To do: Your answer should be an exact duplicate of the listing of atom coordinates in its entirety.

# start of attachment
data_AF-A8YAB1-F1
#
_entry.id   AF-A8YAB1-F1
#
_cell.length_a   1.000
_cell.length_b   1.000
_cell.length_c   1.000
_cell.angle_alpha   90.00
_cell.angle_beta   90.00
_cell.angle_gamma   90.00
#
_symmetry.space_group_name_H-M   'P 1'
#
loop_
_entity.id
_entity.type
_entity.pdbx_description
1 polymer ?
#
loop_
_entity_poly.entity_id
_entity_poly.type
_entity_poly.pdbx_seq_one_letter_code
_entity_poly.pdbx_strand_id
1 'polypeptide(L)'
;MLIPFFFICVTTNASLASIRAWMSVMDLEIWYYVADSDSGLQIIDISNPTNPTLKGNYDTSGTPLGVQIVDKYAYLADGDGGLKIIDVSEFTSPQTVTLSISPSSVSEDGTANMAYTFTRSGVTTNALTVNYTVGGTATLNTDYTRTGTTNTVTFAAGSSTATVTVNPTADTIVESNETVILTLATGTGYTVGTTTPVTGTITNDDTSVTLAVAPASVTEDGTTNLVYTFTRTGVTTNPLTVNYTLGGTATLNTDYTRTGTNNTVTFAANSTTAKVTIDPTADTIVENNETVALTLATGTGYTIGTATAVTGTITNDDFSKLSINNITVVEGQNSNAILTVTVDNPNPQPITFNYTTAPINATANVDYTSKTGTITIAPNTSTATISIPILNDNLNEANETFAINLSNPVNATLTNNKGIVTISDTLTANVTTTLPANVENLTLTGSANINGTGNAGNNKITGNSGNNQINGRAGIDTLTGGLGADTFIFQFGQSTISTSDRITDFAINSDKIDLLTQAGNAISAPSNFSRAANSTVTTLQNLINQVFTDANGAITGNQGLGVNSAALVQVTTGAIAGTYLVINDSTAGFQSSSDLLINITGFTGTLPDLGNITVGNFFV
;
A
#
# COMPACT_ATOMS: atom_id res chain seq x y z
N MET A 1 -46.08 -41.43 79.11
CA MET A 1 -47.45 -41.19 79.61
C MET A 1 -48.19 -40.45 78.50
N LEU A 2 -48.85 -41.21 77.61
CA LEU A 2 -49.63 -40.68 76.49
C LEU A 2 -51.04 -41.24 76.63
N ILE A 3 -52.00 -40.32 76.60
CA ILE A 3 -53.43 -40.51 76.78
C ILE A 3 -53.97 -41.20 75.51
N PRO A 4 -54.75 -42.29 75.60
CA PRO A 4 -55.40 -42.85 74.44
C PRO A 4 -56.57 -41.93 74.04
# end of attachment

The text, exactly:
data_AF-A8YAB1-F1
#
_entry.id   AF-A8YAB1-F1
#
_cell.length_a   1.000
_cell.length_b   1.000
_cell.length_c   1.000
_cell.angle_alpha   90.00
_cell.angle_beta   90.00
_cell.angle_gamma   90.00
#
_symmetry.space_group_name_H-M   'P 1'
#
loop_
_entity.id
_entity.type
_entity.pdbx_description
1 polymer ?
#
loop_
_entity_poly.entity_id
_entity_poly.type
_entity_poly.pdbx_seq_one_letter_code
_entity_poly.pdbx_strand_id
1 'polypeptide(L)'
;MLIPFFFICVTTNASLASIRAWMSVMDLEIWYYVADSDSGLQIIDISNPTNPTLKGNYDTSGTPLGVQIVDKYAYLADGDGGLKIIDVSEFTSPQTVTLSISPSSVSEDGTANMAYTFTRSGVTTNALTVNYTVGGTATLNTDYTRTGTTNTVTFAAGSSTATVTVNPTADTIVESNETVILTLATGTGYTVGTTTPVTGTITNDDTSVTLAVAPASVTEDGTTNLVYTFTRTGVTTNPLTVNYTLGGTATLNTDYTRTGTNNTVTFAANSTTAKVTIDPTADTIVENNETVALTLATGTGYTIGTATAVTGTITNDDFSKLSINNITVVEGQNSNAILTVTVDNPNPQPITFNYTTAPINATANVDYTSKTGTITIAPNTSTATISIPILNDNLNEANETFAINLSNPVNATLTNNKGIVTISDTLTANVTTTLPANVENLTLTGSANINGTGNAGNNKITGNSGNNQINGRAGIDTLTGGLGADTFIFQFGQSTISTSDRITDFAINSDKIDLLTQAGNAISAPSNFSRAANSTVTTLQNLINQVFTDANGAITGNQGLGVNSAALVQVTTGAIAGTYLVINDSTAGFQSSSDLLINITGFTGTLPDLGNITVGNFFV
;
A
#
# COMPACT_ATOMS: atom_id res chain seq x y z
N MET A 1 -46.08 -41.43 79.11
CA MET A 1 -47.45 -41.19 79.61
C MET A 1 -48.19 -40.45 78.50
N LEU A 2 -48.85 -41.21 77.61
CA LEU A 2 -49.63 -40.68 76.49
C LEU A 2 -51.04 -41.24 76.63
N ILE A 3 -52.00 -40.32 76.60
CA ILE A 3 -53.43 -40.51 76.78
C ILE A 3 -53.97 -41.20 75.51
N PRO A 4 -54.75 -42.29 75.60
CA PRO A 4 -55.40 -42.85 74.44
C PRO A 4 -56.57 -41.93 74.04